During application, the weather needs to be as calm as possible, so that the lime does not evaporate in all directions.
If you plan to use calcium cyanamide, make sure that it does not get on plant leaves or seeds because it will damage them.
You should also use it at least three or four weeks before sowing or planting, otherwise it will harm your seeds and plants.
Products must be stored in a safe place so that they are out of the reach of children and pets.
Advantages of Lime
One benefit is the mineralizing effect of calcium carbonate/garden lime.
Lime also allows you to adjust pH levels.
Additionally, if you use lime in your garden, the composting processes in the soil accelerate.
In the case of nitrolime, effectiveness against snails and slugs has been shown.
Disadvantages and Dangers
With the exception of calcium carbonate (garden lime), lime poses significant health risks.
You need to wear protective clothing at all times, and there is a risk to children and pets.
It is not known how effective the products are against snails and slugs.
Protecting beds and single plants requires regular work by subsequent sprinkling and control.
With rain or irrigation, the protective effect of lime is lost, meaning that this method is ineffective when most needed.
Lime also loses its efficiency during damp nights and mornings.
Nitrolime kills not only snails, slugs and their eggs, but also brings the entire soil life out of balance. It is a dangerous poison.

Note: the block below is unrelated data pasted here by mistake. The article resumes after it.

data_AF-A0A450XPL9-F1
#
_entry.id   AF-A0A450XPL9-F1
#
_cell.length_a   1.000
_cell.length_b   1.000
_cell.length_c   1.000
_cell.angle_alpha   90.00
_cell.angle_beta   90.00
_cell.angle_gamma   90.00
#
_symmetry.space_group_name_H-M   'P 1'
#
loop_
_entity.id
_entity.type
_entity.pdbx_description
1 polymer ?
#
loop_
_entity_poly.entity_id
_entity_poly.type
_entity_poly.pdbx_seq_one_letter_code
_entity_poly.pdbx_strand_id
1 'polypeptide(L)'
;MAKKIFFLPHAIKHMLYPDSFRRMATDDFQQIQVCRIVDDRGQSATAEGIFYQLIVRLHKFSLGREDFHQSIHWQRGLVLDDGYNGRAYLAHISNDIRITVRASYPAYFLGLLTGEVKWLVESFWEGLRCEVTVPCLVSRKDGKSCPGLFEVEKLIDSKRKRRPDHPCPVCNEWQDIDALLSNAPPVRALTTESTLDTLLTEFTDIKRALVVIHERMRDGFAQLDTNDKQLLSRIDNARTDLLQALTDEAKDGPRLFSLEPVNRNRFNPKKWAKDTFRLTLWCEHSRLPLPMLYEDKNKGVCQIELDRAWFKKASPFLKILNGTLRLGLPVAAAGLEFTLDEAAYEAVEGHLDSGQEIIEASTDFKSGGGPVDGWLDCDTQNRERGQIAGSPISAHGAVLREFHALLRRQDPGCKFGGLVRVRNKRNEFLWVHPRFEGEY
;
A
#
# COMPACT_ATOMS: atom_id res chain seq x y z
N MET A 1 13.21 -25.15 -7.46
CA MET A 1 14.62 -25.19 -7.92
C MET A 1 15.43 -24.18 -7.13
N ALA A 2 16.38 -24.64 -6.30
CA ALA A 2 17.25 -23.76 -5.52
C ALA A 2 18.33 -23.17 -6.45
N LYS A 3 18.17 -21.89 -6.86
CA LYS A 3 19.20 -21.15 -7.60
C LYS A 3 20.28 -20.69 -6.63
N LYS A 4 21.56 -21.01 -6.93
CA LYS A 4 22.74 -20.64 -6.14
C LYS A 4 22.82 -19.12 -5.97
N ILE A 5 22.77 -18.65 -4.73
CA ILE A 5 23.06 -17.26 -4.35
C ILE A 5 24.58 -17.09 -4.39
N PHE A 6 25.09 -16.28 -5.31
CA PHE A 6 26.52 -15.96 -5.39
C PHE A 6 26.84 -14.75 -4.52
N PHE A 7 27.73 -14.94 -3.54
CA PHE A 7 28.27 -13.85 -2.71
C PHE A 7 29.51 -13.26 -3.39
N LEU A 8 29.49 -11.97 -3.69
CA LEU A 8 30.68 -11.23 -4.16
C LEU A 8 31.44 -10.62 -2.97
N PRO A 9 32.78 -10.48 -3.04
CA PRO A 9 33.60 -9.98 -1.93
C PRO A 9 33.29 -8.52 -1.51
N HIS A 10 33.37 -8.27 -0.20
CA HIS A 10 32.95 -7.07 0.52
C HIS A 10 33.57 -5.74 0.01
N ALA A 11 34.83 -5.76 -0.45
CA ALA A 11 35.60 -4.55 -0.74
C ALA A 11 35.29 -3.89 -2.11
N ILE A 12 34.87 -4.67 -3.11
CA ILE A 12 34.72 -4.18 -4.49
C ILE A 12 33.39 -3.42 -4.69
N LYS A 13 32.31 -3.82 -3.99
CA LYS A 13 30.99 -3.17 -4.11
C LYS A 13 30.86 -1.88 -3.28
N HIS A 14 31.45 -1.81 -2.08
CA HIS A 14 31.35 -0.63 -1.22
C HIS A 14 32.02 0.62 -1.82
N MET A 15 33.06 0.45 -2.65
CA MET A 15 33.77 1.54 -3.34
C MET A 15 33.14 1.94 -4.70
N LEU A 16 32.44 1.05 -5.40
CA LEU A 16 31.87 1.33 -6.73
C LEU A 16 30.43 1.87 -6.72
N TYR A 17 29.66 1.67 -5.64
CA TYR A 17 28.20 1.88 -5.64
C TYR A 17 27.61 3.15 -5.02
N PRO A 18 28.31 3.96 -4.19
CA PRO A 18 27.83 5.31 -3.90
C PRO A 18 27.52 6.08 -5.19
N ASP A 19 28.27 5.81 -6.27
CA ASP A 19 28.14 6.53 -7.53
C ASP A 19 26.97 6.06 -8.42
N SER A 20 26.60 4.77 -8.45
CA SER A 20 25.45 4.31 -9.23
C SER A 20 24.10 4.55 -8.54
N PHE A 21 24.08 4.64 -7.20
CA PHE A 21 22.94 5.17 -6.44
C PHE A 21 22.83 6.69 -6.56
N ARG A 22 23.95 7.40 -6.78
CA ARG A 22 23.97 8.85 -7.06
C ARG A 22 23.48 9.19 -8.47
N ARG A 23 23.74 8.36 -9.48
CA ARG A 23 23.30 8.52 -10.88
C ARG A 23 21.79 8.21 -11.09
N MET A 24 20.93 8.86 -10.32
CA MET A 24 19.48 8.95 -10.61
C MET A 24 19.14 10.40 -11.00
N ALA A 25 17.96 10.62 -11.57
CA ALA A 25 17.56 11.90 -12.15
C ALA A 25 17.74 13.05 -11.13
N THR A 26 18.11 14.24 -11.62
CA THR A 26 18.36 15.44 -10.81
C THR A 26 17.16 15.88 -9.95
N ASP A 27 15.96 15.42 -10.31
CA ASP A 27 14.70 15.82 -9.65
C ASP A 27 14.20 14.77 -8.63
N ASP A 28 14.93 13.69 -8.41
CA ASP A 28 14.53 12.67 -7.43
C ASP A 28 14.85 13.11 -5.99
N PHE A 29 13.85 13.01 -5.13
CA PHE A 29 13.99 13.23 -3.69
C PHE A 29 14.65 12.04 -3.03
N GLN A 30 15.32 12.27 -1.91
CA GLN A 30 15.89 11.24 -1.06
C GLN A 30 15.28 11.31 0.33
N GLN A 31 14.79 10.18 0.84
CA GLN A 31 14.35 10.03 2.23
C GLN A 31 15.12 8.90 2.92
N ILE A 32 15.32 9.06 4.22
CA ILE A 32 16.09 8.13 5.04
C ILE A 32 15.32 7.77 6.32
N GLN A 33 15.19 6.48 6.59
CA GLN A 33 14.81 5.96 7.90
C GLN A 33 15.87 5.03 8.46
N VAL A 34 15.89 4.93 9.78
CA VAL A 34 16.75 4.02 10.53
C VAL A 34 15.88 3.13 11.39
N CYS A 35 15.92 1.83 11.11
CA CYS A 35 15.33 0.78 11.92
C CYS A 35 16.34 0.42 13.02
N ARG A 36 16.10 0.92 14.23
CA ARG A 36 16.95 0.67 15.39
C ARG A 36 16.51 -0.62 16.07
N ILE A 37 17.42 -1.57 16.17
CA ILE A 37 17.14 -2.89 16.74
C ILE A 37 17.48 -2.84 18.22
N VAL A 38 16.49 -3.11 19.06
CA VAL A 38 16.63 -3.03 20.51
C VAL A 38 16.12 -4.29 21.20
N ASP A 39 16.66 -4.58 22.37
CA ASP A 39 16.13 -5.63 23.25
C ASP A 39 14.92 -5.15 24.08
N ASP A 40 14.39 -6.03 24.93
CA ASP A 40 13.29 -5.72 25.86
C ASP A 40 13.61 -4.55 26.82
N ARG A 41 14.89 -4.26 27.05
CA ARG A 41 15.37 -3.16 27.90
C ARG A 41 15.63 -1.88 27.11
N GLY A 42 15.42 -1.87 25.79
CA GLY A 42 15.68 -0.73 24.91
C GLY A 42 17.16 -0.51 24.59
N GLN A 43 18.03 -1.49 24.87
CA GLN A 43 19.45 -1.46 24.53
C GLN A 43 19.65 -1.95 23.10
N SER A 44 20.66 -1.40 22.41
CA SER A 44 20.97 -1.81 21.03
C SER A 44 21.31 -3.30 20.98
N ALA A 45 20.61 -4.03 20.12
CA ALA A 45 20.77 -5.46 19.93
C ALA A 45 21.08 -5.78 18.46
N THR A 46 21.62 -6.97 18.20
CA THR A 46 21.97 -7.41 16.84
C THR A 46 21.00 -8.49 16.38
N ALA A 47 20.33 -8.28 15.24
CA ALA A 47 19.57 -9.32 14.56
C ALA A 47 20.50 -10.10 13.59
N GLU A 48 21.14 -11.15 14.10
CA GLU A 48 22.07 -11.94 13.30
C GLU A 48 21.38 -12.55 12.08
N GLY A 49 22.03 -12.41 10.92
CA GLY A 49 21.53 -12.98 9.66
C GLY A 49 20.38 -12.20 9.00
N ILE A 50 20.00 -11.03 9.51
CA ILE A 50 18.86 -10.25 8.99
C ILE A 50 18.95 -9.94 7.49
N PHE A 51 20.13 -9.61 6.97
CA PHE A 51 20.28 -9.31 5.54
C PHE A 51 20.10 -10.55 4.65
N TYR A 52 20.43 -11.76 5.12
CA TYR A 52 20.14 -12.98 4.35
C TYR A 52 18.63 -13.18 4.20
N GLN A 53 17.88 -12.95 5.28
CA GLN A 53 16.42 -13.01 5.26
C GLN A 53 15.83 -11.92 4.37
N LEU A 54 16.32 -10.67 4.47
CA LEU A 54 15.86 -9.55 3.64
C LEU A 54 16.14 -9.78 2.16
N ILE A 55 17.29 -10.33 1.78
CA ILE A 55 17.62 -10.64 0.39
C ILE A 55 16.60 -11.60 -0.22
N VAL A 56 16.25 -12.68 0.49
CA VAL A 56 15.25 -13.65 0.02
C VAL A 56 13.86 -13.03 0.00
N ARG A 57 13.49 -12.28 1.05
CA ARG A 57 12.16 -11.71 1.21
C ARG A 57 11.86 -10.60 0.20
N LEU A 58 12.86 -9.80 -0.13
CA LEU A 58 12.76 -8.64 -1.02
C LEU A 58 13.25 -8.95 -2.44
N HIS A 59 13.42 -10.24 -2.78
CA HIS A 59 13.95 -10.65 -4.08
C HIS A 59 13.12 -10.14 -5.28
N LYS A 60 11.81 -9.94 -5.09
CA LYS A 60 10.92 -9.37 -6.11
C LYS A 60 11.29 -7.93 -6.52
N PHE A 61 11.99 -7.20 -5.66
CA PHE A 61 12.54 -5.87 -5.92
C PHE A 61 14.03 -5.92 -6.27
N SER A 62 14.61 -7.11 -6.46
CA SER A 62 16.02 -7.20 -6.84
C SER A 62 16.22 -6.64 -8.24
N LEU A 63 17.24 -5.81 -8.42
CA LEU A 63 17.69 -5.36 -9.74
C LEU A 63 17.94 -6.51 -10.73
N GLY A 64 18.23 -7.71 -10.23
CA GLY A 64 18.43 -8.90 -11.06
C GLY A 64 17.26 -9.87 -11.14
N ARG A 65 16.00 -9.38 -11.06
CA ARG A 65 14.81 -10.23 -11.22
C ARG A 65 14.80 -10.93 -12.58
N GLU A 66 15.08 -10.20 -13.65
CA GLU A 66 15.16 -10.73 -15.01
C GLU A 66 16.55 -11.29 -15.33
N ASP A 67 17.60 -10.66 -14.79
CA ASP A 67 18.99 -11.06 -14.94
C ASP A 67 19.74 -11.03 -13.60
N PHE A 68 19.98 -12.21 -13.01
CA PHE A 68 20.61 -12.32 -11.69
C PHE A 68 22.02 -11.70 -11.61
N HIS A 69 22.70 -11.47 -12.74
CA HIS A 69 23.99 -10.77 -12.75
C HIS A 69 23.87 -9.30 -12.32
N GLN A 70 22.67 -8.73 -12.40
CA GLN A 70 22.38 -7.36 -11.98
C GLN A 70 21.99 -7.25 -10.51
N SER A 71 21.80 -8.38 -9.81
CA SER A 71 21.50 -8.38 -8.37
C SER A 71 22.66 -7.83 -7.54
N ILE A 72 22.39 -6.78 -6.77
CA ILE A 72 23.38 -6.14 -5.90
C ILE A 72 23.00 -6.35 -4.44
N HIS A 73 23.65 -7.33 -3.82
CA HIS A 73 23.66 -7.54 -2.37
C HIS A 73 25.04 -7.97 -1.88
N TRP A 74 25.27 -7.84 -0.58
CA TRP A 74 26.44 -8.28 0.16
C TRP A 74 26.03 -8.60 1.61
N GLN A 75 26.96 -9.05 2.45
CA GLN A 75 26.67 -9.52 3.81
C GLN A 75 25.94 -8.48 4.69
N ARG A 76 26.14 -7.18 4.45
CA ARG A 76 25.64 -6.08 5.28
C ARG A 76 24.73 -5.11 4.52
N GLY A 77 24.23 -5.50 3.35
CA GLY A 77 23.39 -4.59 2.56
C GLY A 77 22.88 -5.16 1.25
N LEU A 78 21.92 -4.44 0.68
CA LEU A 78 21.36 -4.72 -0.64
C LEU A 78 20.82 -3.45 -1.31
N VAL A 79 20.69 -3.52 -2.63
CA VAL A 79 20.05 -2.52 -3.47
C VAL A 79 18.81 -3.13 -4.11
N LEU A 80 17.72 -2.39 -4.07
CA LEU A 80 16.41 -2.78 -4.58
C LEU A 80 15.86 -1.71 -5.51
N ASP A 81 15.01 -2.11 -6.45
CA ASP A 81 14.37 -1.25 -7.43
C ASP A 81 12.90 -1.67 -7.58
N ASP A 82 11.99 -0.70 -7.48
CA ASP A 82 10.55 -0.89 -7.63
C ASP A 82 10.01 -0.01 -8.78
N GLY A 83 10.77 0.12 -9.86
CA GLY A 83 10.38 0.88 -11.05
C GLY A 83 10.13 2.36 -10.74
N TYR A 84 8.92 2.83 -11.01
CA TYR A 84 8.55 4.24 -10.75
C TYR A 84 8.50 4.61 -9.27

Using poison in the garden always has harmful side effects.
There are not only health risks, but contamination of the ground and surface waters can also occur.
So, the best thing is not to resort to calcium cyanamide.
Garden lime is effective in getting rid of soil acidity, but it is not a good choice in the fight against slugs and snails.
It should only be used in emergency situations as there are easier and less dangerous means to fight slugs and snails.
Health risks are not to be underestimated. Nitrolime, especially, is a poison that does not belong in the garden.
Soil health is also threatened, even if simple garden lime is used.
In addition, some plants do not tolerate high pH levels; for example:
- and many more.
So, it is better to try something else first.
On this website, you will find many ways to control slugs and snails.
Commercial Products and Prices
Garden lime e.g. dolomitic lime is available for about 0,50-1 $/£/€ per pound (~0,5 kg).
Calcium hydroxide is expensive and costs about 5–15 $/£/€ per pound (~0,5 kg).
A 20-pound (9 kg) bucket of quicklime costs about 10 $/£/€.
Garden Lime Products
|Pelletized Garden Lime||Garden Lime|
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Alternative Slug and Snail Barriers
Mechanical barriers are good alternatives to barriers formed by garden lime.
Slug fences are durable, suitable for protecting large beds, and need no maintenance.
They provide a long-term solution and are less labor-intensive than lime.
You will find more information here:
|Slug fence test||Slug barriers|
To protect individual plants, special slug collars can be used.
Also, garden cloches can protect seedlings and young plants.
Furthermore, the anti-slug paint Schnexagon will keep slugs out of beds and greenhouses.
This repelling coating sticks to almost all materials and can be painted on quickly and easily.
Finally, there are other materials that work in a similar way to ash as a deterrent due to their dryness or saltiness.
One possibility, for example, is to use salty sheep wool against snails.
You will find more information here: mulch materials against slugs
Slug control recommendations
|Copper Mesh Fence||Slug Fence Set: Medium – 6m²||Sheep Wool Pellets|
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Last update: July 18, 2018